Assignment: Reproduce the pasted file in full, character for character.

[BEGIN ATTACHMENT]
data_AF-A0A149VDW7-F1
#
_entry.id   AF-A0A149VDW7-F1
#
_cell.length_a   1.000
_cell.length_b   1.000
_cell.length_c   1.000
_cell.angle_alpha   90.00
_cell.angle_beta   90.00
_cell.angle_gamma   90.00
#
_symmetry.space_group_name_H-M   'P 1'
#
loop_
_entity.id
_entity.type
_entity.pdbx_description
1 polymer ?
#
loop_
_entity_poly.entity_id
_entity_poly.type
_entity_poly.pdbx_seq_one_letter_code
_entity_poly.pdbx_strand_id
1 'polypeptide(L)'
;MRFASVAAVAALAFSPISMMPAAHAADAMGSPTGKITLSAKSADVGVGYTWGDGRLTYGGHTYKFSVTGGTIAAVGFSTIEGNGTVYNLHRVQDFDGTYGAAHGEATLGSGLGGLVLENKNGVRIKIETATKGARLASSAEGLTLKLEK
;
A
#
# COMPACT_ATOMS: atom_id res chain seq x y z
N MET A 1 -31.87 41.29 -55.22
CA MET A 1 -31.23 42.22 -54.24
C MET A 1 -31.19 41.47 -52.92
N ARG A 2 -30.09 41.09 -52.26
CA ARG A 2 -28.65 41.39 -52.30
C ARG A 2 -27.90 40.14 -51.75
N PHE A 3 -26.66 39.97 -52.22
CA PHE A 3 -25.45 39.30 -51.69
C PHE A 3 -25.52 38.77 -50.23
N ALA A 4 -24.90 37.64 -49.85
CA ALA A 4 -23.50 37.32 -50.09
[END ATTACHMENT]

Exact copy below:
data_AF-A0A149VDW7-F1
#
_entry.id   AF-A0A149VDW7-F1
#
_cell.length_a   1.000
_cell.length_b   1.000
_cell.length_c   1.000
_cell.angle_alpha   90.00
_cell.angle_beta   90.00
_cell.angle_gamma   90.00
#
_symmetry.space_group_name_H-M   'P 1'
#
loop_
_entity.id
_entity.type
_entity.pdbx_description
1 polymer ?
#
loop_
_entity_poly.entity_id
_entity_poly.type
_entity_poly.pdbx_seq_one_letter_code
_entity_poly.pdbx_strand_id
1 'polypeptide(L)'
;MRFASVAAVAALAFSPISMMPAAHAADAMGSPTGKITLSAKSADVGVGYTWGDGRLTYGGHTYKFSVTGGTIAAVGFSTIEGNGTVYNLHRVQDFDGTYGAAHGEATLGSGLGGLVLENKNGVRIKIETATKGARLASSAEGLTLKLEK
;
A
#
# COMPACT_ATOMS: atom_id res chain seq x y z
N MET A 1 -31.87 41.29 -55.22
CA MET A 1 -31.23 42.22 -54.24
C MET A 1 -31.19 41.47 -52.92
N ARG A 2 -30.09 41.09 -52.26
CA ARG A 2 -28.65 41.39 -52.30
C ARG A 2 -27.90 40.14 -51.75
N PHE A 3 -26.66 39.97 -52.22
CA PHE A 3 -25.45 39.30 -51.69
C PHE A 3 -25.52 38.77 -50.23
N ALA A 4 -24.90 37.64 -49.85
CA ALA A 4 -23.50 37.32 -50.09